“Parents gained greater insight into their child’s behavior and moods, how they interact with peers and teachers,” says Champion. “For many parents this was eye-opening and revealed the need to focus on mental health.”

It’s not always easy to tell if a teen is dealing with normal emotional ups and downs or if they need extra help, but there are some warning signs caregivers can watch for.

“Being attuned to your child’s mood, affect, school performance, and relationships with friends or significant others can help you gauge whether you are dealing with teenage normalcy or something bigger,” Champion says. Depending on a child’s age, parents should be looking for the following signs, which may be co-occurring:

  • Perpetual depressed mood
  • Rocky friend relationships
  • Spending a lot of time alone and refusing to participate in daily activities
  • Too much or not enough sleep
  • Not eating a regular diet
  • Intense fear or anxiety
  • Drug or alcohol use
  • Suicidal ideation (talking about being a burden or giving away possessions) or plans

“You know your child best. If you are unsure if your child is having a rough time or if there is something more serious going on, it is best to reach out to a counselor or doctor to be sure,” says Champion. “Always err on the side of caution.”

If it appears a student does need help, what next? Talking to a school counselor can be a good first step, since they are easily accessible and free to visit.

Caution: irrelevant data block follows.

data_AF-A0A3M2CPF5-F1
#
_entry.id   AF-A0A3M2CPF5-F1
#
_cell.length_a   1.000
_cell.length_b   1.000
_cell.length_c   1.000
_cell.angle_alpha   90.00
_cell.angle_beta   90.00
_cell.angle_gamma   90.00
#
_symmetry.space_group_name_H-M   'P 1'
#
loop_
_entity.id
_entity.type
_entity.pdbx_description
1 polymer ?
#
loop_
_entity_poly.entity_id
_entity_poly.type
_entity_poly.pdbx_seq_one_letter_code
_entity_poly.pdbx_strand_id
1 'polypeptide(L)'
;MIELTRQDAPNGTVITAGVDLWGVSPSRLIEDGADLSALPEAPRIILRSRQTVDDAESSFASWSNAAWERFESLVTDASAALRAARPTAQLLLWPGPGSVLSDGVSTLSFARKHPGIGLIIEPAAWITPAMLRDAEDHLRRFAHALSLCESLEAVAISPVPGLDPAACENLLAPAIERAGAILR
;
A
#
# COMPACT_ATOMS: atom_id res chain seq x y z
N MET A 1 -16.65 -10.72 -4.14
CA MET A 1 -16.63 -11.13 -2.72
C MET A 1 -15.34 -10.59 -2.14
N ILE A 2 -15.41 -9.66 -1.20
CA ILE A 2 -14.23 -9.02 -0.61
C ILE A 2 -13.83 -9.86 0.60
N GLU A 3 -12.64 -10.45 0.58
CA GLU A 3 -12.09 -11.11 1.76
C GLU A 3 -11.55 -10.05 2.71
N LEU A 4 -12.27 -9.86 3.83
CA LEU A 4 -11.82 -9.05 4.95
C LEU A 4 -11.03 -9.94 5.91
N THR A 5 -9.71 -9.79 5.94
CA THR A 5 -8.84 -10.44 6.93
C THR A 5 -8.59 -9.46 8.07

“Just getting students to talk about their struggles with a trusted adult is huge,” says Champion. “When I meet with students and/or their families, I work with them to help identify the issues they are facing. I listen and recommend next steps, such as referring families to mental health resources in their local areas.”

Just as parents would take their child to a doctor for a sprained ankle, they shouldn’t be afraid to ask for help if a child is struggling mentally or emotionally. Parents also need to realize that they may not be able to help them on their own, no matter how much love and support they have to offer.

“That is a hard concept to accept when parents can feel solely responsible for their child’s welfare and well-being,” says Champion. “The adage still stands—it takes a village to raise a child. Be sure you are surrounding yourself and your child with a great support system to help tackle life’s many challenges.”

That village can include everyone from close family to local community members to public figures. Helping young people learn to manage their mental health is a gift we can all contribute to, one that will serve them for a lifetime.

Join athletes, Connections Academy and Upworthy for candid discussions on mental health during Mental Health Awareness Month. Learn more and find resources here.